Beginner shoes have a slight arch when compared to the more advanced type, which makes it easier to adapt to the fit and walk around. There’s a wide variety of shoe brands on the market, and they all focus on different aspects, so no matter the shape or size of your feet, you should be able to find your perfect shoe. If you’re not sure where to start, rent the shoes offered at your gym and try them out for a day or two. If they fit snugly and don’t hurt your feet, buy your own pair; otherwise, keep trying different brands until you find the right fit.
Climbing gear shops usually have sales specialists who can help you choose the best option for you. This is particularly helpful in the beginning when you don’t yet know exactly what your requirements and preferences are.
Similar to shoes, the type of harness you need is determined by the kind of climbing you practice. As a beginner, you’re mostly going to use it for indoor top roping and maybe some lead climbing once you reach that level of expertise. Gym harnesses are generally lightweight, easy to get on and off, and have minimal features due to the limited amount of gear required to work with them. Due to differences in waist size and leg-to-waist ratios, there are women-specific harnesses that provide a better, more comfortable fit than the standard version available at most gyms.
In addition to comfort, feeling safe is key when choosing the right harness. Try on different brands and pick the one that will make you feel safe and confident while climbing that 40-foot wall you want to tackle.
Chalk and Chalk Bag
While a beginner might not need chalk to practice climbing, it eventually becomes a staple accessory for every climber. Chalk is generally sold as pure magnesium carbonate or with an added drying agent mixed in, and it’s used to keep your hands dry, so you have a better grip.
There are different types of chalk, and they’re all equally functional but differ in price. You can buy chalk in block or loose form. These are mostly the same, except you can crush the block form to the consistency you prefer. If your gym doesn’t allow traditional chalk, you can purchase eco chalk, which consists of a colorless drying agent that leaves no trace on the wall or the rock you’re climbing.
Finally, a less messy alternative is liquid chalk. This chalk-and-alcohol blend is applied to your hands and dries very quickly, leaving your skin covered in chalk residue. FrictionLabs, a well-known company amongst chalk-loving climbers, offers a variety of options.
Unless you use the liquid kind, you’re going to need a container to carry your chalk with you on your climbs. That’s what chalk balls and bags are for. Chalk bags come in different shapes and sizes and with different features. A chalk ball is a small bag made of a porous material and filled with loose chalk. It’s an easy way to keep chalk from flying everywhere and wasting it, and it’s even required in some gyms. Chalk balls are inexpensive and can be refillable, like this one by Haili.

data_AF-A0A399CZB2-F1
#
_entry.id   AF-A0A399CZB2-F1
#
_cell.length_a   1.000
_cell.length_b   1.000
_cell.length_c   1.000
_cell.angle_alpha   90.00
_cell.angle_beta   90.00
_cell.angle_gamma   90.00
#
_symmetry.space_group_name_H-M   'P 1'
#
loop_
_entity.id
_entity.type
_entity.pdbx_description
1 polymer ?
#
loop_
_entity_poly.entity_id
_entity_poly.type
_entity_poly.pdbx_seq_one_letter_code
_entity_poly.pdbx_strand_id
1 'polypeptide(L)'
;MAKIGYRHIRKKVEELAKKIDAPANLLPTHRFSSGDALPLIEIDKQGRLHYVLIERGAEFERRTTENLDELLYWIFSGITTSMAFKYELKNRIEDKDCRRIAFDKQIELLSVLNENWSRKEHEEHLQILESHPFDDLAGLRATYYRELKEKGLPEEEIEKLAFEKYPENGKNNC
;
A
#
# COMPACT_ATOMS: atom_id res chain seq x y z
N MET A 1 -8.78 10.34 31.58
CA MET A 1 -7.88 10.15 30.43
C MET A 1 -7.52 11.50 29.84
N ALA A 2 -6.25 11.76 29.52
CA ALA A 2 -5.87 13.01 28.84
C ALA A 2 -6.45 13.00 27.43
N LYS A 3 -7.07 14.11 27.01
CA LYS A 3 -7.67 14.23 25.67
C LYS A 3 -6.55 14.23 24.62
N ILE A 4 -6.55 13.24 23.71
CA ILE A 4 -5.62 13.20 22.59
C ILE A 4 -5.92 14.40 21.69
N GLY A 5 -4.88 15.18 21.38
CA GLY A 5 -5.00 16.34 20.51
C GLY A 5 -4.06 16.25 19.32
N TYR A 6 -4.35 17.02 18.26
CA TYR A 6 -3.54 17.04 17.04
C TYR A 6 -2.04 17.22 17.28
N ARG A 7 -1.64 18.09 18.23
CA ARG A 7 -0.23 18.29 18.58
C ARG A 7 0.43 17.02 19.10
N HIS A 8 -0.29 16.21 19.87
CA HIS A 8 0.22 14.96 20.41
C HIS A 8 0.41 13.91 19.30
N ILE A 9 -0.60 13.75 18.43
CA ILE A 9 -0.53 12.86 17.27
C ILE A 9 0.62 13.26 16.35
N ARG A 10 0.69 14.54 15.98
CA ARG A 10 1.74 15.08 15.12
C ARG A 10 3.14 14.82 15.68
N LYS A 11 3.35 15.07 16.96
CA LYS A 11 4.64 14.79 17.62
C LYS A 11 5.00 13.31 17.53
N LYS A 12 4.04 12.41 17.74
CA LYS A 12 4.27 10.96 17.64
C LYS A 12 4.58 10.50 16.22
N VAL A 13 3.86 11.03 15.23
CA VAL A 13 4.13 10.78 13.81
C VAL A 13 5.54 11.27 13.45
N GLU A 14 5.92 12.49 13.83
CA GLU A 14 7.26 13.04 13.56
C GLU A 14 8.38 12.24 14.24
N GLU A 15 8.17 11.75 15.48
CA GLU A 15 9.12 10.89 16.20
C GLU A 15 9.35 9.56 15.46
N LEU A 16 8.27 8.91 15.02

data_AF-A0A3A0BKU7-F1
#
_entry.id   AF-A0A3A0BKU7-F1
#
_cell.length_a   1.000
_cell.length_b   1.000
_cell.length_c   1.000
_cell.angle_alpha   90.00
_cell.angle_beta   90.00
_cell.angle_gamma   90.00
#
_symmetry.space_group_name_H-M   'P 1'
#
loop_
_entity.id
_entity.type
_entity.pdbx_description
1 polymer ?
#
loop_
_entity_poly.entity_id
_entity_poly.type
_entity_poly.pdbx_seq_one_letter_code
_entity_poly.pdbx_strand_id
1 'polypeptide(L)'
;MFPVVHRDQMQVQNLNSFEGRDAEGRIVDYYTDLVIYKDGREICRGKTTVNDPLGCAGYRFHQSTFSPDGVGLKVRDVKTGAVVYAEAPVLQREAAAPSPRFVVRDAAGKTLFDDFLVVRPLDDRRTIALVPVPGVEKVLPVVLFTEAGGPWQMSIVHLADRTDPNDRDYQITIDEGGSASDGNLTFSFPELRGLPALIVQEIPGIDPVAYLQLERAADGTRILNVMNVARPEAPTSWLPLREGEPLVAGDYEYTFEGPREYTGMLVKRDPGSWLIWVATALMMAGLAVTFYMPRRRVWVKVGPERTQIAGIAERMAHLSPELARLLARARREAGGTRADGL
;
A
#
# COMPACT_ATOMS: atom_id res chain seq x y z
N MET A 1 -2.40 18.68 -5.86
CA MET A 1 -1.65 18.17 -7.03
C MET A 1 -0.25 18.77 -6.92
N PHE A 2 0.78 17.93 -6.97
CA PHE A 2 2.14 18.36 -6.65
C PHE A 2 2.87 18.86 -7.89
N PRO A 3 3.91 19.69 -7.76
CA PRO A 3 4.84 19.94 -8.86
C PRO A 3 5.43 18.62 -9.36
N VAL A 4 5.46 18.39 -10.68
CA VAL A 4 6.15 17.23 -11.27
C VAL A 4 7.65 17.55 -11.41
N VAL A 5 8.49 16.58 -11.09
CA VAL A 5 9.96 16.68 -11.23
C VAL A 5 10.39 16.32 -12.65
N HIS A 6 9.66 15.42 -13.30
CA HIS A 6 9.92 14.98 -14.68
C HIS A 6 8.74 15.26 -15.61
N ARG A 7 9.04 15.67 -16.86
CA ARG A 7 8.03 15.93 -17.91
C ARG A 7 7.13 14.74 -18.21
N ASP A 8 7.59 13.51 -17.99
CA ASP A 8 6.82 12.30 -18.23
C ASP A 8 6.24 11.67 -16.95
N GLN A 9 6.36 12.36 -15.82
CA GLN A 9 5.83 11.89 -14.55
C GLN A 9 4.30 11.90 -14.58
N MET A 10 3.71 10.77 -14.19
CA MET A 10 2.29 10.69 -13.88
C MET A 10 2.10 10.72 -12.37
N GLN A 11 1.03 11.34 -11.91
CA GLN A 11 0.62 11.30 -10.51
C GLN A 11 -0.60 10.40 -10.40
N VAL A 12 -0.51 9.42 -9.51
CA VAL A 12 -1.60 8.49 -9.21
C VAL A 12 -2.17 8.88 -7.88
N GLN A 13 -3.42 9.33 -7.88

Climbing gyms generally let you use their ropes for free as they are the appropriate measure for their walls. If you decide to buy your own, check with your local gym first and make sure you choose the right length. However, a climbing rope is not a necessity for a novice. It usually only becomes a priority once you transition to the outdoors.
The most common type of rope for top roping is the single rope. It comes in different diameters and lengths that affect its weight and durability. Have a look at this Sterling climbing rope: it comes in different colors and lengths and adapts to different kinds of climbing.
Fit and elastic activewear is preferable when it comes to climbing. Your hands and feet need to be always visible and free to move. Your clothing should not be so loose that it will get caught on the rocks or your gear.
Yoga wear, for instance, can provide you with the comfort and freedom of movement you need while climbing. Also, keep in mind the surface of the wall, and the holds can damage your clothing, so if you’re going climb a lot, choose clothes made out of more resistant material than regular sweatpants. These Ucraft pants are ideal for all weather conditions and allow the mobility you need to perform at your best.
When it comes to indoor rock climbing, fun and safety are the biggest priorities. While you might be focused on the excitement and challenge of the sport, it’s essential to know the risks involved. You also need the appropriate gear to boost your performance and keep you safe.
A Beginner’s Guide to Indoor Rock Climbing was orginially posted by Carla Cometto